6 MONDAY Some of the things found in Henry Darger's one-room apartment at Webster and Halsted when he died in 1973 include a 5,084-page handwritten autobiography; collections of twine, eyeglasses, toys, records, shoes, and Pepto-Bismol bottles; and a 15-volume epic called "The Story of the Vivian Girls, in What Is Known as the Realms of the Unreal, of the Glandeco-Angelinnian War Storm, Caused by the Child Slave Rebellion." When Darger's landlord, artist and Institute of Design professor Nathan Lerner, went through his things, he also discovered 300 meticulously executed paintings, many of them depicting nude little girls with male genitalia. Lerner first exhibited the work in 1977, and since then Darger has become one of the most important figures in the contemporary outsider art movement. Tonight Darger expert John M. MacGregor and actress Leigh Armor will give a special lecture and theatrical presentation in conjunction with the exhibit Henry Darger: The Unreality of Being, which is at the Chicago Cultural Center through May 31. MacGregor and Armor's presentation begins at 5:30 at the Cultural Center, 78 E. Washington; admission is $12. The exhibit is free. Call 773-929-7122 for information about the lecture, 312-744-6630 for news about the exhibit.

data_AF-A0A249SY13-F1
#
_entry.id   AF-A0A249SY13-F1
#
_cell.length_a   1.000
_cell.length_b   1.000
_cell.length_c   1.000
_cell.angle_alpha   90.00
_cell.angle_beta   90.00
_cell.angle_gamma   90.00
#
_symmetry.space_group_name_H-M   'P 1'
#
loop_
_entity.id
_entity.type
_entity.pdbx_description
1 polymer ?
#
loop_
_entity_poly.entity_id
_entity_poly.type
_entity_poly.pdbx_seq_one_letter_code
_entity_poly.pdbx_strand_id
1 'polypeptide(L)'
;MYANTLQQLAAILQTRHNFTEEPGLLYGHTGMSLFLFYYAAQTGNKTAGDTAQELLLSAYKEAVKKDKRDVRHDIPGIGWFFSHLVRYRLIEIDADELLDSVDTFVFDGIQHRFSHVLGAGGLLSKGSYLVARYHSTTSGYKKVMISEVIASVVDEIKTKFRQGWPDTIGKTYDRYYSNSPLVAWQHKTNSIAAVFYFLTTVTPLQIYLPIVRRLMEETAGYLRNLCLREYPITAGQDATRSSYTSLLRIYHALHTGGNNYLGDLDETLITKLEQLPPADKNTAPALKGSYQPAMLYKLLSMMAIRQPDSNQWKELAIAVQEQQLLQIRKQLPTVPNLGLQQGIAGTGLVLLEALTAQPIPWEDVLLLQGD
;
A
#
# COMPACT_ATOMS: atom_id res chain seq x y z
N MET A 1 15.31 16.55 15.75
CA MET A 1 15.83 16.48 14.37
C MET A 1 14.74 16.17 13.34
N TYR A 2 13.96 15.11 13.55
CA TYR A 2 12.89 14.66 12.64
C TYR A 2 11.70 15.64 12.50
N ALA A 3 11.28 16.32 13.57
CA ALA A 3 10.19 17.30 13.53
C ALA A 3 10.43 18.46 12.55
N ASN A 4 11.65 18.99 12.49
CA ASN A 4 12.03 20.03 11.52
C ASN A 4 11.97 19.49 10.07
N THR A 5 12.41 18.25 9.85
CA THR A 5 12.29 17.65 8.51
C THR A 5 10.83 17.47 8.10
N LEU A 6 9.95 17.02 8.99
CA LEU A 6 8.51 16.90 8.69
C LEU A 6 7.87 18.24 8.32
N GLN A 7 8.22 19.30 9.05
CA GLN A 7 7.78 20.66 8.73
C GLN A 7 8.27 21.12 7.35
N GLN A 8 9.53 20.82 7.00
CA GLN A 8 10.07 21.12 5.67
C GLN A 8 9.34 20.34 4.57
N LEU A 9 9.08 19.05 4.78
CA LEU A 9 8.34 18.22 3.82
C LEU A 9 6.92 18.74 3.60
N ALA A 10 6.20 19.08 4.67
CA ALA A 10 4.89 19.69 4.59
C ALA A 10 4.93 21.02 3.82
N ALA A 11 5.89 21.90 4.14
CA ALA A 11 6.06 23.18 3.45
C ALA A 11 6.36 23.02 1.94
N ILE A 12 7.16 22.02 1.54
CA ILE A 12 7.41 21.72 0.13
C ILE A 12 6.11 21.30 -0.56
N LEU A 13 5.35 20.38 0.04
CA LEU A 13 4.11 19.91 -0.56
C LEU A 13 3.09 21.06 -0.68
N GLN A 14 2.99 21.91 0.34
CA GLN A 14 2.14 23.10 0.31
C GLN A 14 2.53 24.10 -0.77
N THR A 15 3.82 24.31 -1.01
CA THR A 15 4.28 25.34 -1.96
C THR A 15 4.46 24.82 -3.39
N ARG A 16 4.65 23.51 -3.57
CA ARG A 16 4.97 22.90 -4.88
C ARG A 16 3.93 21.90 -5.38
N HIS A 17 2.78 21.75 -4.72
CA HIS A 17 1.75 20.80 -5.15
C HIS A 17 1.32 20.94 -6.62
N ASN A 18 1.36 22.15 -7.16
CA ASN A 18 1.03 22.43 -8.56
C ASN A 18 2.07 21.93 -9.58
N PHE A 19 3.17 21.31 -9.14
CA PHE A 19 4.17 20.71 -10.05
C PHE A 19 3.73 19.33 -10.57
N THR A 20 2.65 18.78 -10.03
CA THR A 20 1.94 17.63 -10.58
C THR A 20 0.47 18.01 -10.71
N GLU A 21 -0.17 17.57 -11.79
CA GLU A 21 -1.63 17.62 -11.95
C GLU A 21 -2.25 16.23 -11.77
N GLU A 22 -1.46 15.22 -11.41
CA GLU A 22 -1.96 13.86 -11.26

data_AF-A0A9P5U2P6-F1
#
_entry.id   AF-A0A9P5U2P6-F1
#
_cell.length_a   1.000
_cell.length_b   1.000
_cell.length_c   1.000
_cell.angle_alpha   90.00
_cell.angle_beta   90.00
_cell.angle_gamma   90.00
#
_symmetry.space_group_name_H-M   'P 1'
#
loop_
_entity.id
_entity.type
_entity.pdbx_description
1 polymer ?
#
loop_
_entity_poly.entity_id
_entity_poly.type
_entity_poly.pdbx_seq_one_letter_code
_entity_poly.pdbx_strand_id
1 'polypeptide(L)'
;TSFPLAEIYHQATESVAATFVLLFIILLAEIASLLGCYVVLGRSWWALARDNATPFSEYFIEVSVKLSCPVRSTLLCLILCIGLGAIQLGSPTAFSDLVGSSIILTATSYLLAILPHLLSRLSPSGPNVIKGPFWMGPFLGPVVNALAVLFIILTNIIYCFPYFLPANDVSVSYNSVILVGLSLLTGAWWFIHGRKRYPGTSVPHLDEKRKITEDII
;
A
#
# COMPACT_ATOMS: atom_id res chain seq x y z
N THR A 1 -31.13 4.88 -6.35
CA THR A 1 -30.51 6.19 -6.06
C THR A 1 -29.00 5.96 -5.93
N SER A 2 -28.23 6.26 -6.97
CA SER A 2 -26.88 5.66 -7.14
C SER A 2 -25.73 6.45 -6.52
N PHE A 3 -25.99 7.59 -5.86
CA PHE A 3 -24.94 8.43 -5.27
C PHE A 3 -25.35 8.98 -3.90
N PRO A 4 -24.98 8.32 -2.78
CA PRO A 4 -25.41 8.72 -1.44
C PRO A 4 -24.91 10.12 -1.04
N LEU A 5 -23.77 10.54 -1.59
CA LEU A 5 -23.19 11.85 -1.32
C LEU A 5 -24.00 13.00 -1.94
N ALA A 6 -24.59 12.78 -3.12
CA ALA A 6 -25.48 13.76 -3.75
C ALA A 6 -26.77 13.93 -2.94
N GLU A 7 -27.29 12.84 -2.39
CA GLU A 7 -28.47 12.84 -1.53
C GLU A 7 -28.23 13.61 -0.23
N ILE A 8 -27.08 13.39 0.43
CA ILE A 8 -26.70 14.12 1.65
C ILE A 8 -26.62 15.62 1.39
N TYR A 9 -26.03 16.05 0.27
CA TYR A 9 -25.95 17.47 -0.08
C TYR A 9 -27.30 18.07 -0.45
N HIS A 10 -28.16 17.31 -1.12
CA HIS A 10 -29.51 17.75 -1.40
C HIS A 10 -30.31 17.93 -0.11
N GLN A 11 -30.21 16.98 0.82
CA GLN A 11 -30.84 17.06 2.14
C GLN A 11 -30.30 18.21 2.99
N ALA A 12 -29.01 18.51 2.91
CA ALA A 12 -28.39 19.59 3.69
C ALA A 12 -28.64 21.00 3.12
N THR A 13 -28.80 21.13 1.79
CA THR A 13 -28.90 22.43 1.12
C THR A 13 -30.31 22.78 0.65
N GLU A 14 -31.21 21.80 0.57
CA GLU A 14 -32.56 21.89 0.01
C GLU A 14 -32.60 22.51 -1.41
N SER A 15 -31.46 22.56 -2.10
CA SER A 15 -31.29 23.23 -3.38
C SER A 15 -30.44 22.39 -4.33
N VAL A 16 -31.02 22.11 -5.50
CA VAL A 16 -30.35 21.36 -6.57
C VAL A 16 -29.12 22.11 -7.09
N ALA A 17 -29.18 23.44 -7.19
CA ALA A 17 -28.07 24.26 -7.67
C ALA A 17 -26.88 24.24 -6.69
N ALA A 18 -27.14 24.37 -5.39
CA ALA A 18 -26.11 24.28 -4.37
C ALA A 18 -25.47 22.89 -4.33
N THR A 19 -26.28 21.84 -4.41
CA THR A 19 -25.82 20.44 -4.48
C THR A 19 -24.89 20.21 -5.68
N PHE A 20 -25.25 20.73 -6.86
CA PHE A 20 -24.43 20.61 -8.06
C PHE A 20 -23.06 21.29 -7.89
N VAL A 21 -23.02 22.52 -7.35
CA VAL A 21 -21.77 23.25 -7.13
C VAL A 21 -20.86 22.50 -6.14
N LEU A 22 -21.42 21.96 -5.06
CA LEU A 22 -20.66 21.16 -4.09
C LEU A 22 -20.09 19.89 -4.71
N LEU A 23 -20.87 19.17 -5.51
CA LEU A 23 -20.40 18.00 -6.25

Speaking of the unusual: David Wilson is the founder and creator of Los Angeles's Museum of Jurassic Technology, a storefront dedicated to the extraordinary, inexplicable, and unverifiable. The museum became the subject of writer Lawrence Weschler's 1995 book, Mr. Wilson's Cabinet of Wonder. Wilson will discuss his collection of oddities tonight at 6 in the auditorium of the School of the Art Institute, Columbus and Jackson; admission is $5, $3 for seniors. Call 312-443-3711.

7 TUESDAY Working for a year at minimum wage will net you an annual income of $10,920. But a "living wage" of $7.60 per hour comes to a somewhat less pitiful $15,808 per year--enough to lift a family of four just over the poverty level. "It's not great, but it's a place to start," admits Ellyn Harris of the Chicago Coalition for the Homeless. Her group and ACORN are working to get Chicago to join Los Angeles and New York in making a living wage de rigueur for any business awarded a city contract. Tonight the two groups will host a fund-raiser at the premiere of Michael Moore's new documentary, The Big One, in which the zaftig shlump searches for "just one" CEO who can explain why downsizing is necessary when corporate profits are up. Moore and Studs Terkel, who appears in the film, will take questions after the screening. It's at 7:30 at the Music Box, 3733 N. Southport. Tickets are $20 and must be bought in advance; call 312-435-4548.